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Buddhadharma : Winter 2015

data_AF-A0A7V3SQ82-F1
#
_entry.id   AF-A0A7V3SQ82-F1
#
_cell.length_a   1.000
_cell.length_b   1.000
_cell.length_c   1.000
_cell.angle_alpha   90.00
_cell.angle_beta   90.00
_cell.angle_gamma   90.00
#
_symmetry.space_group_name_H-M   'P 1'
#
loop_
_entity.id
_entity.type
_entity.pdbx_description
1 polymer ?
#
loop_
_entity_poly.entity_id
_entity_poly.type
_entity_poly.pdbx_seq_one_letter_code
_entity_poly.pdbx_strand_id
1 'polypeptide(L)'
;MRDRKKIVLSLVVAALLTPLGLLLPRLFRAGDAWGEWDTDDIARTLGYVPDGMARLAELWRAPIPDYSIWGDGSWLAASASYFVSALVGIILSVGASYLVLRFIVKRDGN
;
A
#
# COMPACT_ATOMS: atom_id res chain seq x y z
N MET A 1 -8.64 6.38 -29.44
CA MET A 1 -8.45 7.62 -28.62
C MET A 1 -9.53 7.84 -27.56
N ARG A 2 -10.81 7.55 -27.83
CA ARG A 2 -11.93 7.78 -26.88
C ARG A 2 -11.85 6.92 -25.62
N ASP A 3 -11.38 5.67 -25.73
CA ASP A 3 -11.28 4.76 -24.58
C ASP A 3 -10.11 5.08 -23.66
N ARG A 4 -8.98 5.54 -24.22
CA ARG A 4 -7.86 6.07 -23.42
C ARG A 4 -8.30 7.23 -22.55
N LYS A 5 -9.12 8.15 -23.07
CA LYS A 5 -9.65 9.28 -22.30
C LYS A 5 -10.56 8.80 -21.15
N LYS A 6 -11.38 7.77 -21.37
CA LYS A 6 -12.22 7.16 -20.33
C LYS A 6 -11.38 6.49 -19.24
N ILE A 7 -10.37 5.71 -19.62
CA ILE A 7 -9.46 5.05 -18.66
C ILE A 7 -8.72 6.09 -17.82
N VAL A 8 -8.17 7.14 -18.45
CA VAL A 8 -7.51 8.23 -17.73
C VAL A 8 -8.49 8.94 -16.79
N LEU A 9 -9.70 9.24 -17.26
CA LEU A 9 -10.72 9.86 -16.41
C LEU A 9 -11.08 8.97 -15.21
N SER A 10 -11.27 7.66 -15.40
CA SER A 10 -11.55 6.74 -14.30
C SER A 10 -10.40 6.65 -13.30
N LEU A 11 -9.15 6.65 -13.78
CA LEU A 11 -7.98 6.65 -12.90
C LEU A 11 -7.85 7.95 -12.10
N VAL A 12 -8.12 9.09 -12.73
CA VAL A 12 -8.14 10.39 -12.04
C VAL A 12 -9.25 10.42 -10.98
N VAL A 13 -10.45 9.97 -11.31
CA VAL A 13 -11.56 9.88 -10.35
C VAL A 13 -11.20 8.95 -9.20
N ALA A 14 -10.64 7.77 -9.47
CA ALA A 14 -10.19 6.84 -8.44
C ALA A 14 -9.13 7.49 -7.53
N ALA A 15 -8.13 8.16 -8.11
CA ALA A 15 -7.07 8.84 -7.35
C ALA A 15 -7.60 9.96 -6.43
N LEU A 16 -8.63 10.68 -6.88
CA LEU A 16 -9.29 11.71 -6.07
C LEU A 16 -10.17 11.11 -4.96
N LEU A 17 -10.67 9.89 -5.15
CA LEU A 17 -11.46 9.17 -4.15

62 buddhadharma: the practitioner’s quarterly winter 2 0 1 5 you to fully participate in the frantic pace of the capitalist game while sustaining the perception that you are not really in it; that you are well aware of how worthless this spectacle is; and that what really matters to you is the peace of the inner self to which you know you can always withdraw.” His point has some validity. When it comes to the challenge of climate change, Buddhist and non-Buddhists alike tend to focus on personal lifestyle changes such as electric cars, solar panels on roofs, and eating less meat. Although these are important, they are not suffi- cient responses to our increasingly urgent situation. As Bill McKibben, the founder of 350.org, wrote in an orion article, if 10 or even 15 percent of us do everything we can to reduce our own carbon footprint, “the trajectory of our horror remains about the same.” Yet, he adds, if even 10 percent of us also work all out to change the system, that will be more than enough. The problem is not only per- sonal but structural: the way our present economic and political institutions continue to favor fossil fuels and encourage consumerism generally. But institutional issues are intimidating. What can you or I do about the fossil fuel industry or “too big to fail” banks and investment firms? We are tempted to deny or ignore those aspects of our situation, despite the fact that Buddhist teachings urge us to face our suffering rather than try to evade it. Is there something else in those teachings that encourages us not to bother with ecological engage- ment? If so, perhaps the eco-crisis is also a Buddhist crisis, in that it calls upon our traditions to clarify their basic teachings in order to better address something that threatens the future of all of us. Does modern Buddhism itself need to wake up? Buddhism is the path of awakening, but what does awakening mean? Different Buddhist tradi- tions seem to understand it differently, or at least emphasize different aspects of it. In the Pali canon, DaviD loy is a scholar and a zen teacher in the sanbo zen tradition. his latest book is A New Buddhist Path: Enlightenment, Evolution, and Ethics in the Modern World; he is also coeditor of A Buddhist Response to the Climate Emergency. Interest in eco-dharma—the ecological implications of Buddhist teachings—is finally growing after years of appar- ent indifference and little conversation about it in Buddhist sanghas. The environmental crisis has been headline news since at least 1992, when the first President Bush attended the earth Summit in Rio de Janeiro and famously declared that “the American way of life is not negotiable.” So why has it taken so long for Buddhists to wake up to the greatest chal- lenge that humanity has ever faced? I wonder if this hesitant response points to a deep-rooted ambiguity within Buddhism itself, one that urgently needs to be clarified: Is the goal of our practices to escape this world or to harmonize with it? Or something else? Indifference to eco-dharma seems to be reflective of a larger problem with socially engaged Buddhism in the West. Many American Buddhists now accept that service, such as teaching dharma in prisons, hospice work, and helping the homeless, can be an important part of one’s path. In other words, we are getting better at pulling drowning people out of the river, but we are not much better at asking why there are so many more people caught in the river. Who or what is pushing them in upstream? When we dare to ask why so many are homeless in the wealthiest country in history, or why so many lan- guish in prisons, we are dismissed as radicals or left- ists. “These concerns,” goes the common response, “have nothing to do with Buddhism.” Does the ecological crisis also have nothing to do with Buddhism? Or is the disconnect due to our misunderstanding of Buddhism? The philosopher Slavoj Zizek has argued that this disconnect applies generally to Western Buddhism, which “enables instituteForadvancedstudy,Jerusalem